The accused "underwear bomber" made a dramatic final call to his father that he found so alarming, the father approached Nigerian officials who took him directly to the CIA's station chief in the Nigerian capital, sources told ABC News.
Current and former officials of the Nigerian government, including a source close to the suspect's family, say Umar Farouk Abdulmutallab, 23, called his father from Yemen with the warning that it would be his last contact.
It has previously been reported that the man's father, prominent Nigerian banker Alhaji Umaru Mutallab, went to Nigerian and American officials Nov. 19 to warn them that his son had been radicalized by Islamic militants in Yemen.
Details have emerged about Abdulmutallab's final phone call that highlight President Obama's statement that there were "systemic failures" of the country's security system.
ABC News' sources said that during Abdulmutallab's final call, he told his father the call would be his last contact with the family. He said that the people he was with in Yemen were about to destroy his SIM card, rendering his phone unusable.
A senior U.S. official briefed on the matter tells ABC News that the phone call prompted the father to contact Nigerian intelligence, fearing that his son might be planning a suicide mission in Yemen. The Nigerian officials brought Mutallab directly to the CIA station chief in Abuja Nov. 19.
The next day the embassy sent out a thin report to U.S. embassies around the world warning Adbulmutallab may be associating with extremists in Yemen.
The CIA official compiled two more robust reports following the meeting with the suspect's father. One was sent back to CIA's Langley, Va., the other remained in draft form in Nigeria and was not circulated until after the attempted attack on Christmas Day, according to a U.S. official.
In what has been seen as a possible failure to stop the bomber from boarding a U.S.-bound plane, the alert prompted counterterrorism officials to put Abdulmutallab's name into a database of more than half a million others that the U.S. suspects of ties to terrorism, but they did not put him on the country's no-fly list. The information also was not shared with Yemeni intelligence officials, the Yemen government has said.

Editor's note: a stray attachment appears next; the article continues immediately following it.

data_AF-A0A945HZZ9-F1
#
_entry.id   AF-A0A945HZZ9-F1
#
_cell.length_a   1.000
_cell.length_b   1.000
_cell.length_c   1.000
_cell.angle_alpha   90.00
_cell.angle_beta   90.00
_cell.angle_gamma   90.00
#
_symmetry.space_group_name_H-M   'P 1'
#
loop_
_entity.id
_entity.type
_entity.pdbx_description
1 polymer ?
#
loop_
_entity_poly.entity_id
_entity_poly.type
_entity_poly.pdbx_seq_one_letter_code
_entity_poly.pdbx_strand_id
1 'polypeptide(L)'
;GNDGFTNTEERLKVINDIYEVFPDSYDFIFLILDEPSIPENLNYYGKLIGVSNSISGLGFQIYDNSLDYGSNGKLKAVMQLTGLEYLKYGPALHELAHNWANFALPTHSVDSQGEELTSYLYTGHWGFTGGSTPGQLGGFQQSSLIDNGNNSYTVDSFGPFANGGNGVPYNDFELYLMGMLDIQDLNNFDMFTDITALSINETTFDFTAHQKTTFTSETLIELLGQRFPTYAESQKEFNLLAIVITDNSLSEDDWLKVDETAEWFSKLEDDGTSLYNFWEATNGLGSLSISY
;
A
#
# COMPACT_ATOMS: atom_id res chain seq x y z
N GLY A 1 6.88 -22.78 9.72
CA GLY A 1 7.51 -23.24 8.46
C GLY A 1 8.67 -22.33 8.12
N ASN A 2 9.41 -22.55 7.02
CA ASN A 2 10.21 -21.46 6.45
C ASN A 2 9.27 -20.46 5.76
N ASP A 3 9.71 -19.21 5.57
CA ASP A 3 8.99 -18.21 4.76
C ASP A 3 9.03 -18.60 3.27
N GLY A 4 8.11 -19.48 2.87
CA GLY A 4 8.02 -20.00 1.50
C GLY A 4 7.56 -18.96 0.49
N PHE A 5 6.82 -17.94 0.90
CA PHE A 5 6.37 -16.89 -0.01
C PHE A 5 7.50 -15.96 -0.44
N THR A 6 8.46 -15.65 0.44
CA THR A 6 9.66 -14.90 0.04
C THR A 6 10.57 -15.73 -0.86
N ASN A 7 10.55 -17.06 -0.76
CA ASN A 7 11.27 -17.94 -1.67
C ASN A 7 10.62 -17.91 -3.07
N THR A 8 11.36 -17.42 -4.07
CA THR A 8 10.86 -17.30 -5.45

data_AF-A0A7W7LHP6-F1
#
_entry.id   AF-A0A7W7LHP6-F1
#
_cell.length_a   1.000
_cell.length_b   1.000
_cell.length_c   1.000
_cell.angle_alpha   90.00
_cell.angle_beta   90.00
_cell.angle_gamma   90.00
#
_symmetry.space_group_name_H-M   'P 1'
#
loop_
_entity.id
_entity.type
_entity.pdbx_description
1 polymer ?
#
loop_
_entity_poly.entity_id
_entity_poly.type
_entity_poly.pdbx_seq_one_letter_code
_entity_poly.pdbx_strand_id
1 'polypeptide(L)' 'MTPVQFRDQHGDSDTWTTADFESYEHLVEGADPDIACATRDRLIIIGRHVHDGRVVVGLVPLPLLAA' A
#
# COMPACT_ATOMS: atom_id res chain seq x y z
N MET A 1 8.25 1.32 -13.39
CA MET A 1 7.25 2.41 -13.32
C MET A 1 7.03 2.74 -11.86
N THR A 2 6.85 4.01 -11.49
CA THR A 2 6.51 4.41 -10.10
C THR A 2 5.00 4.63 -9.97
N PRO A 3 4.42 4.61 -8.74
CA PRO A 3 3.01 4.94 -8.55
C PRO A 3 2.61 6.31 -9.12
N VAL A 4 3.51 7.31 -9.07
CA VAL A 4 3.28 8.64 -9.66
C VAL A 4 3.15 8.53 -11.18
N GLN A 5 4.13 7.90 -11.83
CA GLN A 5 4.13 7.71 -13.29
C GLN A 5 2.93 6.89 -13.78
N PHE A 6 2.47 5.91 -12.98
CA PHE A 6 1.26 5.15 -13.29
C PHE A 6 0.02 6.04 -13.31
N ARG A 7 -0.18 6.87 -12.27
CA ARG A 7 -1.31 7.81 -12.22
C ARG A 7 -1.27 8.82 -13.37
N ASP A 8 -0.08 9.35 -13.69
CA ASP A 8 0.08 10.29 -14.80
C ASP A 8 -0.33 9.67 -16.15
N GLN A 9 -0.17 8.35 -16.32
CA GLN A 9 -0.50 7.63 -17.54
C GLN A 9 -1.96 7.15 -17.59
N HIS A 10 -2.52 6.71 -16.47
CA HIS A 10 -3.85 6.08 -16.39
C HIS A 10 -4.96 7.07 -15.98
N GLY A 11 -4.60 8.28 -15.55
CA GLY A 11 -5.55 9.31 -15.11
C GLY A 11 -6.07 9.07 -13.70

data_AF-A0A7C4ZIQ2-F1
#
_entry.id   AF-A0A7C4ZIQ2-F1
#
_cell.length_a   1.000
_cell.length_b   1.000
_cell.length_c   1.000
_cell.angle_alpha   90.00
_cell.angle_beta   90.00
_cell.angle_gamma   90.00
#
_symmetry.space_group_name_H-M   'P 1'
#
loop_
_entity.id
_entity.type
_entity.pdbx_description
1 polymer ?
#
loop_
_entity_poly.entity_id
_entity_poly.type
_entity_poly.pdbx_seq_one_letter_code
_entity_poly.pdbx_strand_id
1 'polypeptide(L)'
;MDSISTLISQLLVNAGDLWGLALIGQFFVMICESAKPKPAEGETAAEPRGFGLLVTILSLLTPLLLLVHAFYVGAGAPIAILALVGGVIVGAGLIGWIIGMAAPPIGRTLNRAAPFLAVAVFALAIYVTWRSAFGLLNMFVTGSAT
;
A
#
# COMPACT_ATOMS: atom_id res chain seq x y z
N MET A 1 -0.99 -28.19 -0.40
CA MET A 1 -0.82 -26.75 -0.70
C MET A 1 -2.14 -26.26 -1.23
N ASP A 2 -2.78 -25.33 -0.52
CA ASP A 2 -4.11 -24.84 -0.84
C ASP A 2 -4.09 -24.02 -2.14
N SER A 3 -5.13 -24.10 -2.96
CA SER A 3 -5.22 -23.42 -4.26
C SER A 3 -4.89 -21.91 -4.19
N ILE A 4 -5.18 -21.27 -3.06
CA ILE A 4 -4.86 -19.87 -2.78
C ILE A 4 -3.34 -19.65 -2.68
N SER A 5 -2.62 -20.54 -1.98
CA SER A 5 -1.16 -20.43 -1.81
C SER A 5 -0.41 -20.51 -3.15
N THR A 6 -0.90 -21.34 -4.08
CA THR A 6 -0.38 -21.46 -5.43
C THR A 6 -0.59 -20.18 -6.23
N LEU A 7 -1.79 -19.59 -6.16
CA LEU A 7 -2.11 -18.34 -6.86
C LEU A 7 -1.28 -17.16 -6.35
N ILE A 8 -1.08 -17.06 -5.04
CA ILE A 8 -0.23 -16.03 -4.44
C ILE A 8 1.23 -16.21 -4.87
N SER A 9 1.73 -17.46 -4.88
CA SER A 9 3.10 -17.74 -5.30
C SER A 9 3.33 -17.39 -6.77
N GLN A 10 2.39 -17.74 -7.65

The president was expected to receive preliminary reviews on the security failure today. State Department spokesman Ian Kelly indicated details of the review would not be released.
He said, however, "Details of embassy Abuja's meeting with Abdulmutallab's father are of the review, and we are not in a position to comment on it at this time."
Abdulmutallab told federal officials after his capture that he spent a month at the home of an al Qaeda official in Yemen while he was trained for jihad, officials have told ABC News.
He left Yemen Dec. 7 and weeks later was aboard a Northwest Airlines flight that stopped in Amsterdam and then continued on to Detroit.
Strapped into his underwear was a lethal mix of high explosives intended to blow a hole in the plane as it approached Detroit on Christmas Day. Instead of exploding, however, the device caught fire and Abdulmutallab was subdued by other passengers.
The international investigation into how Abdulmutallab evaded scrutiny turned to Yemen today. Abdulmutallab's visa for Yemen was valid from Aug. 4 to Sept. 21, but he stayed until December, nearly three months longer than was legal.